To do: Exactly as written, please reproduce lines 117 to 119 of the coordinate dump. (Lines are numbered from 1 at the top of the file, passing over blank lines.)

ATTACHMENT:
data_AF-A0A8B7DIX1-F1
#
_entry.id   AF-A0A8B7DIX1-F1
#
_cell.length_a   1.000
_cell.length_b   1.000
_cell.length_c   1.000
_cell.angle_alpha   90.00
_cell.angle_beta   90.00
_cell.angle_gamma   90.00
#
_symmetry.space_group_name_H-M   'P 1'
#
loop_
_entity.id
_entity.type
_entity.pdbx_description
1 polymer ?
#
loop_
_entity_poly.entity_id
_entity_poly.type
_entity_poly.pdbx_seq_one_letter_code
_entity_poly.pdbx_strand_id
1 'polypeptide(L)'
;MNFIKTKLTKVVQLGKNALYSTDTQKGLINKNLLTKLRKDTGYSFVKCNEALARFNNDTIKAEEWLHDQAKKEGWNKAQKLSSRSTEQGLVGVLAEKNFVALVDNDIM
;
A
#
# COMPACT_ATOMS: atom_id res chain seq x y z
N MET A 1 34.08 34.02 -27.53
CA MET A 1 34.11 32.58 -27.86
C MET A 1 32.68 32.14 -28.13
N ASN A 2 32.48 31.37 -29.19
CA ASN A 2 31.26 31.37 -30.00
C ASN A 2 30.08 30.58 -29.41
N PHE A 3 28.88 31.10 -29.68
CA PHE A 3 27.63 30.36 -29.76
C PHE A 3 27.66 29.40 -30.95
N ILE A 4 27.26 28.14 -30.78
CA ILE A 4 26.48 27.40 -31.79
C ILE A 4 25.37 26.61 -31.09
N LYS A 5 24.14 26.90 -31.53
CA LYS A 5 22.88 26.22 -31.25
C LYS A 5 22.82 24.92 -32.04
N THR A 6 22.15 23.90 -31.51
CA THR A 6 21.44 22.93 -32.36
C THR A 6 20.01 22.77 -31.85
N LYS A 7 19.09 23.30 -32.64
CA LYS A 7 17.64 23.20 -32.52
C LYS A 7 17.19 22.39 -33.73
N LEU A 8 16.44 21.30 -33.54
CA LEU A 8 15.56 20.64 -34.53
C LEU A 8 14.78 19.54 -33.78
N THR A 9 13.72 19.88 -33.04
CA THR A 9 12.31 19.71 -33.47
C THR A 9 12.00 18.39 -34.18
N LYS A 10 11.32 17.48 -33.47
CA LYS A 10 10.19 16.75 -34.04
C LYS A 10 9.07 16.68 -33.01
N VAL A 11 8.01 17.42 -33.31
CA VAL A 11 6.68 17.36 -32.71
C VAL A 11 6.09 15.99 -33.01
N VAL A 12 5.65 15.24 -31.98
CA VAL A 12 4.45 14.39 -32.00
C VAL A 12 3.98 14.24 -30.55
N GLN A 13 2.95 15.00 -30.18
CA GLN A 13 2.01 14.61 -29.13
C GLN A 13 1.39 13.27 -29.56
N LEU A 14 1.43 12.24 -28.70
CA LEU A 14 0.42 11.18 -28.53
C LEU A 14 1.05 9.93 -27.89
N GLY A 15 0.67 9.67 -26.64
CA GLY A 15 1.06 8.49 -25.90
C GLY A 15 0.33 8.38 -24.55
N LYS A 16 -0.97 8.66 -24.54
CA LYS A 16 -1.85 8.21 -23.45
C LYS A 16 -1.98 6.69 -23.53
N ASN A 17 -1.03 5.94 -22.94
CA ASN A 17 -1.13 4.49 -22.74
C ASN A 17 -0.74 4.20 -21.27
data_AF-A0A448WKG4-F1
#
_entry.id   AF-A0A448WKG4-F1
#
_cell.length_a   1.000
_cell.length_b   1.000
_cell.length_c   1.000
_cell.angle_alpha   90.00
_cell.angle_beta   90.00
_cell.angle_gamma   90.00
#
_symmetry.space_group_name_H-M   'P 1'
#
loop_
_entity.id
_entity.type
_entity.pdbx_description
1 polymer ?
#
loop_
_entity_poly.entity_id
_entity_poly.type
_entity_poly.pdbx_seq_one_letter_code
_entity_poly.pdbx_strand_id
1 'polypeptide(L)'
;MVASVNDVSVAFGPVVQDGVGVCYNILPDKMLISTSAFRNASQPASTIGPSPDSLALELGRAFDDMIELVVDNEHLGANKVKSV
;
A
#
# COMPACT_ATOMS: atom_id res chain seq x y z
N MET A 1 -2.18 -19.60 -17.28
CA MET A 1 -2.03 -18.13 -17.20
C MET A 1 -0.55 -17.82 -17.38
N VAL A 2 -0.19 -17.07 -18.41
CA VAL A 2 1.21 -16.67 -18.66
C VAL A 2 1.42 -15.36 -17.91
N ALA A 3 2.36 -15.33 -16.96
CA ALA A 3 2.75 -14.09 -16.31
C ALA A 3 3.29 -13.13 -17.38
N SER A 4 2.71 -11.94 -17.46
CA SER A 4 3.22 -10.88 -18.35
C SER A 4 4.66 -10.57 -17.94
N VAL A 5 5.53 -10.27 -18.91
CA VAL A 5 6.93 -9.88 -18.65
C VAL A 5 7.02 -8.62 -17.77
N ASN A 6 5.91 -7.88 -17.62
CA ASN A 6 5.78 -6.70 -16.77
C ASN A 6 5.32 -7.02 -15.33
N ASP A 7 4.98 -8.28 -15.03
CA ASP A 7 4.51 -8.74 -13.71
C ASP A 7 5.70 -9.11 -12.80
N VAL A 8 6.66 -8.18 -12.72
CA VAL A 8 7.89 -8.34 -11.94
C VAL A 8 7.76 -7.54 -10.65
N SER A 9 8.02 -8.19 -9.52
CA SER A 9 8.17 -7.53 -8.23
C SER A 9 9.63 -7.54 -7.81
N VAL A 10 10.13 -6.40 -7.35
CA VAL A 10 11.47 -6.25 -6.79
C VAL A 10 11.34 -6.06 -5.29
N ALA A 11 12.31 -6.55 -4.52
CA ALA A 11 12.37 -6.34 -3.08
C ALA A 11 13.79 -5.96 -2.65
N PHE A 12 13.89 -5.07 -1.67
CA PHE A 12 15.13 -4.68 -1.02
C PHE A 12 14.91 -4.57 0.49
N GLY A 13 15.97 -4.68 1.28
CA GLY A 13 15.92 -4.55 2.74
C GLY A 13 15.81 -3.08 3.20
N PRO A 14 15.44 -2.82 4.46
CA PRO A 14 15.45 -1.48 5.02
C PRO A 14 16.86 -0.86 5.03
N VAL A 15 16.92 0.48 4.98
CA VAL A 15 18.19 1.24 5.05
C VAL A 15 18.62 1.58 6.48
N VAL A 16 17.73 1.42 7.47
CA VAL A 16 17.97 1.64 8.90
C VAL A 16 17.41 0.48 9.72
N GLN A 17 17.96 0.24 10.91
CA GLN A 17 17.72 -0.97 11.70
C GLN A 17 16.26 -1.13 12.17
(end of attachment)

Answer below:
C VAL A 2 1.42 -15.36 -17.91
N ALA A 3 2.36 -15.33 -16.96
CA ALA A 3 2.75 -14.09 -16.31